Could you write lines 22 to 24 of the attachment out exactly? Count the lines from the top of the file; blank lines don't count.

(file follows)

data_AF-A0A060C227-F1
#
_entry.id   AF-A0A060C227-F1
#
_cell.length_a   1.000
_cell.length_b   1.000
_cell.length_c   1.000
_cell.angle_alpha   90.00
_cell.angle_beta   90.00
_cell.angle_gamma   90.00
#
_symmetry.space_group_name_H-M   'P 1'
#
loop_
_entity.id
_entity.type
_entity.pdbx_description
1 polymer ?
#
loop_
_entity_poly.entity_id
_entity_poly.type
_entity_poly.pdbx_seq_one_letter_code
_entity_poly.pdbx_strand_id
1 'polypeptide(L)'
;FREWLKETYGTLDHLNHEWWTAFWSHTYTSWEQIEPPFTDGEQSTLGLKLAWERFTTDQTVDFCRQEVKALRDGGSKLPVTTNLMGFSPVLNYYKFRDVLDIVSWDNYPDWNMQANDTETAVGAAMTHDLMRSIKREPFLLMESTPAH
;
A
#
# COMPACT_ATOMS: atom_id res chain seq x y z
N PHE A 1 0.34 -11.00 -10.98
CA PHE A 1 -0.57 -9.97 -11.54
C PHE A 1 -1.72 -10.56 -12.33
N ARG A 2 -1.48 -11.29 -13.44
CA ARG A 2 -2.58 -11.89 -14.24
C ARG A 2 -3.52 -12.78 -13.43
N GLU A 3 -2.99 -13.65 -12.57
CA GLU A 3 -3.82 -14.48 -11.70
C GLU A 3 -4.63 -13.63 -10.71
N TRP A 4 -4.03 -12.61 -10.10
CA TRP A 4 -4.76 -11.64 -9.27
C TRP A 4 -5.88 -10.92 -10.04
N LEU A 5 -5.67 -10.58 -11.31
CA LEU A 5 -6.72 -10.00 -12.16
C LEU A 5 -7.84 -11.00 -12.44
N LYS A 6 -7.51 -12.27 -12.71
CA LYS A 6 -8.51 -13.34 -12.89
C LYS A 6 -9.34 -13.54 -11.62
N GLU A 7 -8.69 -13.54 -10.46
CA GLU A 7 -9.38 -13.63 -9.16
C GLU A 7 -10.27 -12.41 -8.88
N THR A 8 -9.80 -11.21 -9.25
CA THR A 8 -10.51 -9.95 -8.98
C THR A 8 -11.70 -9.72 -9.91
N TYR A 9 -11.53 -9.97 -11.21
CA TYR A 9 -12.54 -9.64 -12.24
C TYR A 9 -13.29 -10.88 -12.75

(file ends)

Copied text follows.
_entity_poly.type
_entity_poly.pdbx_seq_one_letter_code
_entity_poly.pdbx_strand_id